Last week, I shared how we had to lay the gauntlet down with our daughter recently in order to preserve our own sanity (see here). Today, we shift to my son in this second installment about being mean.
The other day, we got an email from my son’s kindergarten teacher. Yes, an email. From the teacher. If I’ve learned anything in the last 8 months of elementary school, it’s that an email from the teacher is almost never a good thing.
Unfortunately, today, [your son] hit another student in the chest in the hallway bathroom. When I talked to the two boys, [your son] said he hit him for no reason. I am not sure where this is coming from, but [your son] knows to keep his hands to himself. If you would please speak to him, I would greatly appreciate it.
Now, my son is a sweet kid. Really. He’s not violent. He rarely does anything bad. He’s almost too good, if there is such a thing. But he’s also a boy and, sometimes, he does stupid things that boys do – like pop his friend in the bathroom for no apparent reason.
Some parents would probably just ignore the situation, chalk it up to boys being boys, and move on.
We are not some parents.
While we recognize that he is a 5 1/2 year old boy and is apt to do things that 5 1/2 year old boys do, we also recognize that he needs to learn that (a) school is not a place where you can pop your friend for no apparent reason; and (b) if you break a rule at school (like the general school rule against popping your friend in the bathroom for no apparent reason) and your teacher has to send Mom and Dad an email, there are going to be consequences. Dreaded consequences.
So, we sat down with him that night and grilled him. Why did he hit his friend? Why did he think it was ok to hit his friend? Didn’t he realize it was totally not cool to hit his friend at school? We told him we were disappointed in him and that we didn’t like getting emails from his teacher, telling us that he had done something bad. Because he was better than that. We knew, he knew it – the end.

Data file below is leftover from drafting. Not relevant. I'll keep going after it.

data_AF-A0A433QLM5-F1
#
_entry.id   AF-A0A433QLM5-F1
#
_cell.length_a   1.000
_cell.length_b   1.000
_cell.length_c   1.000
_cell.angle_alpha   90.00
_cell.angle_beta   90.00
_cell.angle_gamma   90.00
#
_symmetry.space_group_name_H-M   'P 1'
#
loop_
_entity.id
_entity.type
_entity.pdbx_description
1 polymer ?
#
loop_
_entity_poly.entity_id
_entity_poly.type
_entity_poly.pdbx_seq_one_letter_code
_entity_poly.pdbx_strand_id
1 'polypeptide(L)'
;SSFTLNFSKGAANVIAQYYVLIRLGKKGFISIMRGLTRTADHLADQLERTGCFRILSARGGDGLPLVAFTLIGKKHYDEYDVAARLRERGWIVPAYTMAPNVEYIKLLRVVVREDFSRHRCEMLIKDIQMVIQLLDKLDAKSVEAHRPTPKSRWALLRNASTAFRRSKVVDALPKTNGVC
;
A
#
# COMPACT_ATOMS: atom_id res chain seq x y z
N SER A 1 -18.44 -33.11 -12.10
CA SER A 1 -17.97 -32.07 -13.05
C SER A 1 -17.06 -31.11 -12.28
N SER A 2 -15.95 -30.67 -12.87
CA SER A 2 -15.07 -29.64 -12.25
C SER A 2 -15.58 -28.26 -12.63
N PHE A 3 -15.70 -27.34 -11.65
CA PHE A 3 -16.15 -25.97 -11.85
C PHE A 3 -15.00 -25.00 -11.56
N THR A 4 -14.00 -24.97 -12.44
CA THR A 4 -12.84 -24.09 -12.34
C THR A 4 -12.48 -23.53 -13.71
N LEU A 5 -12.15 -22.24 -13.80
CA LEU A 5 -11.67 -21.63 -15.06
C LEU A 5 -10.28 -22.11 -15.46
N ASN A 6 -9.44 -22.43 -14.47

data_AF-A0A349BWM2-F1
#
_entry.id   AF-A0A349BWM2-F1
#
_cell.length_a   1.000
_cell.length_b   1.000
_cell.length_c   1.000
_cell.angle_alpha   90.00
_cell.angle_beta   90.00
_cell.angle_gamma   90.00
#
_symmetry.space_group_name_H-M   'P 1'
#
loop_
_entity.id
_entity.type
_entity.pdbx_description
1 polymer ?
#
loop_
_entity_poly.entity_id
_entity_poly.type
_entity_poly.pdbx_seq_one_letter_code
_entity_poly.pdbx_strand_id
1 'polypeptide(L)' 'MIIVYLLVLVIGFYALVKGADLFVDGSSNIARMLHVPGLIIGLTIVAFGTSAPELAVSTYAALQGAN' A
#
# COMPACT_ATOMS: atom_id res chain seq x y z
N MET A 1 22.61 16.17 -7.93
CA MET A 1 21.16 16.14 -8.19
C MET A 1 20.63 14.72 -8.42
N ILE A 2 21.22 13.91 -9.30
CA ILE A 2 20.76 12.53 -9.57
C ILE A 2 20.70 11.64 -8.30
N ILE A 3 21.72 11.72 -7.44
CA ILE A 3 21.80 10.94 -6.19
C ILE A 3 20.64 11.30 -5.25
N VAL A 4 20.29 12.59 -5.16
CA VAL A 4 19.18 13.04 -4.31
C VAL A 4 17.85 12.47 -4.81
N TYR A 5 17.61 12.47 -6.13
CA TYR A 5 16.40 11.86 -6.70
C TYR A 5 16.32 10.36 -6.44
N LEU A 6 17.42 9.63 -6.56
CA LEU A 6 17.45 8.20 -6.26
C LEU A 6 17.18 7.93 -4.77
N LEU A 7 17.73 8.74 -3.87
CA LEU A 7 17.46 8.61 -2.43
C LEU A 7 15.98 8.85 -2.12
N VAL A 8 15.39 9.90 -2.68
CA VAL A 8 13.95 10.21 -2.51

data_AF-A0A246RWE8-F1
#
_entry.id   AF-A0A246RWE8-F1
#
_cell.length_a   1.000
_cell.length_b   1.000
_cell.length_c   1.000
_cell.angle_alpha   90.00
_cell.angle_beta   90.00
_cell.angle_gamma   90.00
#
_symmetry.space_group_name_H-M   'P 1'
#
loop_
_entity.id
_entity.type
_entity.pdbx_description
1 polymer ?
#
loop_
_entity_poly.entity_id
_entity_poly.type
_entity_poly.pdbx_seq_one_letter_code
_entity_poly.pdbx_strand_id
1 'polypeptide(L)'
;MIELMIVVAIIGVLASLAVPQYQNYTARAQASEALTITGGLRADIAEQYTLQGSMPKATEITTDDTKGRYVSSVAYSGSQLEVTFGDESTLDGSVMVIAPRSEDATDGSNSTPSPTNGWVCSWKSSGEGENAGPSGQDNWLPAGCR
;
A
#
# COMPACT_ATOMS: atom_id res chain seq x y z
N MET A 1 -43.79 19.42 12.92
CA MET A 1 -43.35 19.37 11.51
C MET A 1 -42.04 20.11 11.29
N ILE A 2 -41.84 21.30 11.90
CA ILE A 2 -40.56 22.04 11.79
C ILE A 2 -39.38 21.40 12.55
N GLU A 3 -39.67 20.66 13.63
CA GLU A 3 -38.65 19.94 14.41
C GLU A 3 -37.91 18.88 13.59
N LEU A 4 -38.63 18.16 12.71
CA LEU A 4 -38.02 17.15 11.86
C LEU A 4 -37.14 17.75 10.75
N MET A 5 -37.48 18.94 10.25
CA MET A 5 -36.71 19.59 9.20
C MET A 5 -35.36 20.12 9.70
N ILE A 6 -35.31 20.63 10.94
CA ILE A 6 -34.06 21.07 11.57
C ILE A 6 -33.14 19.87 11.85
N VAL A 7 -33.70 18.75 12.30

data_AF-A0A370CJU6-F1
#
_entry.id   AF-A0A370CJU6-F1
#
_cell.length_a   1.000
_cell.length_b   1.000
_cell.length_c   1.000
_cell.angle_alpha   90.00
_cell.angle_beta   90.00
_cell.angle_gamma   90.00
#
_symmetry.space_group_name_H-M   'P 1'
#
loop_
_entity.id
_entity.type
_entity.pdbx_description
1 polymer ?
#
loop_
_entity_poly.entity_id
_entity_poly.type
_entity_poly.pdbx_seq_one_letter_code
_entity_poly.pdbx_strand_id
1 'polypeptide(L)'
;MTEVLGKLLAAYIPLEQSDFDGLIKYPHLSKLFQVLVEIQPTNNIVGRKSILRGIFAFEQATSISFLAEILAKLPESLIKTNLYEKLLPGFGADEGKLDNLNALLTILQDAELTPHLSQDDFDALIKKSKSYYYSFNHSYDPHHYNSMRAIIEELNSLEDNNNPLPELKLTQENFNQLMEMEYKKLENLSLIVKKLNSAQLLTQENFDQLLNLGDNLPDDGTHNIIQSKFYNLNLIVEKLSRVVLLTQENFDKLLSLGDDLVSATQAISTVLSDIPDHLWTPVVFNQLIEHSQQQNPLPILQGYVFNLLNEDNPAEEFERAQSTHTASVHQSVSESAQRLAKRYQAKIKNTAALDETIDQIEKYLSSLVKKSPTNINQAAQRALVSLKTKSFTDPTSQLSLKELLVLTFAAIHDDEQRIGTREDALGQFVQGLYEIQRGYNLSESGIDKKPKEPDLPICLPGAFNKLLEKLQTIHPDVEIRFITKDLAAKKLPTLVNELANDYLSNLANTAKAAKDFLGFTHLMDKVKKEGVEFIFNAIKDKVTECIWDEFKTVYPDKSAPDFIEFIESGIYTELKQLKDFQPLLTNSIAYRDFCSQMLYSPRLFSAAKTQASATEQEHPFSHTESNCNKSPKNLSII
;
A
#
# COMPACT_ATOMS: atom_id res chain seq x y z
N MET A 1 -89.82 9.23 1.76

And then we told him that we’d discussed it and agreed upon a punishment of no television or videos through the end of the week. And he could only watch television or videos again when the weekend came IF he did not get in a lick of trouble for the rest of the week at school. He cried a little, mostly I think because he was upset that we were disappointed in him (that really gets him) and perhaps slightly because he was sad about his punishment.
That first night, he didn’t really feel the pinch of his punishment since there wasn’t any time for television watching anyway. But, the second night, at around 8:00, I put a video on for my daughter and told my son he either had to go up to his room or down to the basement to play by himself while his sister watched her show. He didn’t fight me, and headed upstairs to play by himself in his room.
As the show was wrapping up down in the family room, I could hear him crying at the top of the stairs.
What’s wrong, kid-o?
I’m bored up here playing all by myself.
Yes, well, I understand that but this is your punishment because you hit your friend at school, remember?
I know, but I’m bored.
Well, next time maybe you’ll think twice about hitting your friend.
Yes, I said that.
It’s like straight out of the script of disappointed parent. I play the part well, I’ve learned. All those years of high school drama, I suppose.
I felt bad, but I also felt a little relieved that the punishment was making an impact. There’s nothing worse than handing down a punishment and having it roll of your kid’s back like it’s no big deal. You want it to sting a little.
The good news is that he didn’t get in trouble for the rest of the week, and he got to watch a video on Friday night. And I think he’s learned his lesson about popping friends at school. For now, at least.